To some organizers this may seem a little superfluous, but I strongly believe that there needs to be a social aspect to a successful grassroots activism project. In addition to private groups where activists communicate, plan, execute, and receive tips, there needs to be a public side where outside observers can see what's going on, get excited, provide feedback, help fund operations, and possibly decide to join as active participants themselves. Without both levels of participation available on the same platform, either the existing pool of activists will become more insular and closed-off in private groups (and possibly lose focus and momentum), or a great deal of organizing will start happening on other social media channels where exposure to the general population occurs. Serving both roles on the same platform guarantees that the most participation from the highest number of relevant people takes place.
Of course, in the most perfect of worlds, this system would be built as part of a widely-used social media platform, so that people living their daily lives can nonetheless be exposed to an activism project and be able to easily join from any level, from keen observer to donor to active participant, without joining a new platform.
Automated and customizable payment-splitting options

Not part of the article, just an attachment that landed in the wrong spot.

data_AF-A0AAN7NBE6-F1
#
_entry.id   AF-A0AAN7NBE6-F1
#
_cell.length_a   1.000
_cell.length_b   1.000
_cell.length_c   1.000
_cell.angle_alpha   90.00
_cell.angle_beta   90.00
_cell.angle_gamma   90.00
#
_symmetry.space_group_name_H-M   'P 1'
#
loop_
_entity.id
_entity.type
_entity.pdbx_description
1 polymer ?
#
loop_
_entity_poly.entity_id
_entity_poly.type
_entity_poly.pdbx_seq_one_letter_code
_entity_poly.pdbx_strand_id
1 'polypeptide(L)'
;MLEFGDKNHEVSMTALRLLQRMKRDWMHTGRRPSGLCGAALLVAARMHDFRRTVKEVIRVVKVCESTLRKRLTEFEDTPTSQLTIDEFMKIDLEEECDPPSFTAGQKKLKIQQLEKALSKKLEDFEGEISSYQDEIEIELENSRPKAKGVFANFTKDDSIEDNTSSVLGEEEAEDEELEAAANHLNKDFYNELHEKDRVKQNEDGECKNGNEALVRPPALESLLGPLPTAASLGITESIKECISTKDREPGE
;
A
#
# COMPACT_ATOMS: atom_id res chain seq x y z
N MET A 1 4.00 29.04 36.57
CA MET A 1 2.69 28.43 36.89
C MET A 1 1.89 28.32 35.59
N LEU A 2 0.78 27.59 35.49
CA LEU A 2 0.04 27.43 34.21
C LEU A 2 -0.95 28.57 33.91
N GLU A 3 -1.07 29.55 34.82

As fantastic and exciting as it is to run a decentralized system with no central funding source and leveraging spontaneous tips, one does tend to run into issues of either centralized funding chokepoints or lopsided compensation. If a project is centrally-run, all donations run through the chief organizers, which then have to be trusted to fairly compensate activists, and you can run into a situation where a founder who started a killer idea or brand soaks up all the resources while the tireless activists who do the actual work get little for their effort. Alternatively, an organizer can put countless hours of their time into research, community building, logistics, organizing, and more, and the star activist shows up on a path carefully curated for them and receives all the attention and donations. Both situations show potential for abuse, but even more likely they promise to restrain enthusiasm, the natural resource upon which activist operations thrive. The financial compensation, rather than an avenue for making a living, is a spark to light the fire of enthusiasm, a Pavlovian response generator that rewards good actions and in so doing creates more of them. If the incentives don't follow the actions, the actions slow or cease.